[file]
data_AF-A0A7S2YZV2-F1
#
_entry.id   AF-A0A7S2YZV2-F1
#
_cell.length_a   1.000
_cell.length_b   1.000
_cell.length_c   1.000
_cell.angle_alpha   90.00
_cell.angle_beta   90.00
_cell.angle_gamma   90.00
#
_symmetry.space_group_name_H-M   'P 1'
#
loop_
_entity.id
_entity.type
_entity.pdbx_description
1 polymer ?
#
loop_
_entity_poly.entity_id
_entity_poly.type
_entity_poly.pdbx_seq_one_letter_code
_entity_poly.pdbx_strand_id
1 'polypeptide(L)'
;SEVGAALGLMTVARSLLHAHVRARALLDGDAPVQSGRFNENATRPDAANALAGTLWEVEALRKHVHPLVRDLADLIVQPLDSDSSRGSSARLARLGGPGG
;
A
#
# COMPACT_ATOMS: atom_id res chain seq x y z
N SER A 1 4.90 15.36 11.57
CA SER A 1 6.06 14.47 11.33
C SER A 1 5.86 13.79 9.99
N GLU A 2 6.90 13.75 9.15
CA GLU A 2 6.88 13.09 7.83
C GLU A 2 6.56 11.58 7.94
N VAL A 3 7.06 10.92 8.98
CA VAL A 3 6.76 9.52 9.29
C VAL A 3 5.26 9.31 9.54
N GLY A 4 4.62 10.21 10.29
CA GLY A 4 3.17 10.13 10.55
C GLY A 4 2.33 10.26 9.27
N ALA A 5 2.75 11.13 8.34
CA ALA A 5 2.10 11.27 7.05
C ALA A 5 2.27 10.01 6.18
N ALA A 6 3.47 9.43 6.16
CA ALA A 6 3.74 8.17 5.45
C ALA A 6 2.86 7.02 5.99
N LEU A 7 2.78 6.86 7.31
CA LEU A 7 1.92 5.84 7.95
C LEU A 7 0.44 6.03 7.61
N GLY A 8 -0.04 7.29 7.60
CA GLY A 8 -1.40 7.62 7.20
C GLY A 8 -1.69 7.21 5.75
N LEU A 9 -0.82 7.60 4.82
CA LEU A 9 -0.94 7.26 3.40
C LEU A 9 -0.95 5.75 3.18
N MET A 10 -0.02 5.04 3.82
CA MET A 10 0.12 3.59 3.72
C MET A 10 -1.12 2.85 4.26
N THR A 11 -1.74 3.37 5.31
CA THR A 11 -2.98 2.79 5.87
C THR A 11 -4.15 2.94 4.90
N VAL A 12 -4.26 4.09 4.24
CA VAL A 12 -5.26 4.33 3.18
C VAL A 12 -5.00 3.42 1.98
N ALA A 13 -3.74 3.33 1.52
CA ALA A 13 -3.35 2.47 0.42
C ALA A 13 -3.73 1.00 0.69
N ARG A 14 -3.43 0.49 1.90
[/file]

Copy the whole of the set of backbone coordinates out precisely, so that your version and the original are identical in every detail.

data_AF-A0A7S2YZV2-F1
#
_entry.id   AF-A0A7S2YZV2-F1
#
_cell.length_a   1.000
_cell.length_b   1.000
_cell.length_c   1.000
_cell.angle_alpha   90.00
_cell.angle_beta   90.00
_cell.angle_gamma   90.00
#
_symmetry.space_group_name_H-M   'P 1'
#
loop_
_entity.id
_entity.type
_entity.pdbx_description
1 polymer ?
#
loop_
_entity_poly.entity_id
_entity_poly.type
_entity_poly.pdbx_seq_one_letter_code
_entity_poly.pdbx_strand_id
1 'polypeptide(L)'
;SEVGAALGLMTVARSLLHAHVRARALLDGDAPVQSGRFNENATRPDAANALAGTLWEVEALRKHVHPLVRDLADLIVQPLDSDSSRGSSARLARLGGPGG
;
A
#
# COMPACT_ATOMS: atom_id res chain seq x y z
N SER A 1 4.90 15.36 11.57
CA SER A 1 6.06 14.47 11.33
C SER A 1 5.86 13.79 9.99
N GLU A 2 6.90 13.75 9.15
CA GLU A 2 6.88 13.09 7.83
C GLU A 2 6.56 11.58 7.94
N VAL A 3 7.06 10.92 8.98
CA VAL A 3 6.76 9.52 9.29
C VAL A 3 5.26 9.31 9.54
N GLY A 4 4.62 10.21 10.29
CA GLY A 4 3.17 10.13 10.55
C GLY A 4 2.33 10.26 9.27
N ALA A 5 2.75 11.13 8.34
CA ALA A 5 2.10 11.27 7.05
C ALA A 5 2.27 10.01 6.18
N ALA A 6 3.47 9.43 6.16
CA ALA A 6 3.74 8.17 5.45
C ALA A 6 2.86 7.02 5.99
N LEU A 7 2.78 6.86 7.31
CA LEU A 7 1.92 5.84 7.95
C LEU A 7 0.44 6.03 7.61
N GLY A 8 -0.04 7.29 7.60
CA GLY A 8 -1.40 7.62 7.20
C GLY A 8 -1.69 7.21 5.75
N LEU A 9 -0.82 7.60 4.82
CA LEU A 9 -0.94 7.26 3.40
C LEU A 9 -0.95 5.75 3.18
N MET A 10 -0.02 5.04 3.82
CA MET A 10 0.12 3.59 3.72
C MET A 10 -1.12 2.85 4.26
N THR A 11 -1.74 3.37 5.31
CA THR A 11 -2.98 2.79 5.87
C THR A 11 -4.15 2.94 4.90
N VAL A 12 -4.26 4.09 4.24
CA VAL A 12 -5.26 4.33 3.18
C VAL A 12 -5.00 3.42 1.98
N ALA A 13 -3.74 3.33 1.52
CA ALA A 13 -3.35 2.47 0.42
C ALA A 13 -3.73 1.00 0.69
N ARG A 14 -3.43 0.49 1.90